On the 13th of November 2018, the International Association for Media and Communication Research (IAMCR), issued a statement expressing its deep concern about political interference in the independence of Australia’s research grant process. Recent discussion in the Australian Senate Education and Employment Legislation Committee revealed that 11 humanities and creative arts projects recommended for funding by the Australian Research Council were vetoed late last year by Australia’s then education minister Simon Birmingham. These projects included work in the field of media and cultural studies. Researchers were not informed of this intervention when told that their applications had been unsuccessful. Once the minister’s actions were exposed, he claimed that he had acted in the interests of Australian taxpayers. While some of these vetoes have recently been reversed, the Australian government has now made its actions more explicit, demonstrating they were for political reasons not on grounds of research quality. There are plans to refer funding applications for approval to the minister who will evaluate them with an eye to the ‘national interest’. The Guardian’s most recent report on the matter may be found here: https://www.theguardian.com/australia-news/2018/nov/28/education-minister-restores-funding-to-rejected-grants-and-unveils-new-interest-test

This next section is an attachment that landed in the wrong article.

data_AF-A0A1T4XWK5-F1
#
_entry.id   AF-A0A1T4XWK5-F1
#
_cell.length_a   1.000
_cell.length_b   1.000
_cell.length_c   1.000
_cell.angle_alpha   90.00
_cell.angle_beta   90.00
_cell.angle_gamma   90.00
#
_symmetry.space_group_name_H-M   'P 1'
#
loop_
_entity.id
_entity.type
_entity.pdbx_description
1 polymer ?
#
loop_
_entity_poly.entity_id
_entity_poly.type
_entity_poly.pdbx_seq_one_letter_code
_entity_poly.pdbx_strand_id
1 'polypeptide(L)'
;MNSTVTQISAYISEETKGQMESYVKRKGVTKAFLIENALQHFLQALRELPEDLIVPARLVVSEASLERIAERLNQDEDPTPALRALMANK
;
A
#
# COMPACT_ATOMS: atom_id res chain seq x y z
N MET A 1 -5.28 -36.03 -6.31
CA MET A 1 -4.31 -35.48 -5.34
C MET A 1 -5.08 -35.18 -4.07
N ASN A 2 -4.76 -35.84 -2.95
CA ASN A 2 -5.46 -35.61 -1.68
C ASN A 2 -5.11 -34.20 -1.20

While MeCCSA’s interests as a subject association are usually national rather than international, in this instance, we have decided to join IAMCR in condemning this interference. We are supporting those scholars whose work has been dismissed and whose grants have been blocked. Importantly, we are also highlighting this because of our concern that this action may be indicative of a broader drive to operationalise a prevailing ideological position about the perceived ‘value’ of humanities research to citizens as ‘taxpayers.’ This policy sets a dangerous precedent for us here in the UK.
MeCCSA joins the IAMCR in calling for a renewed commitment from the Australian government to expert-based, peer review of all applications for research funding, free from political interference. It also reiterates its expectation that these practices will not take place in relation to UK funding bodies.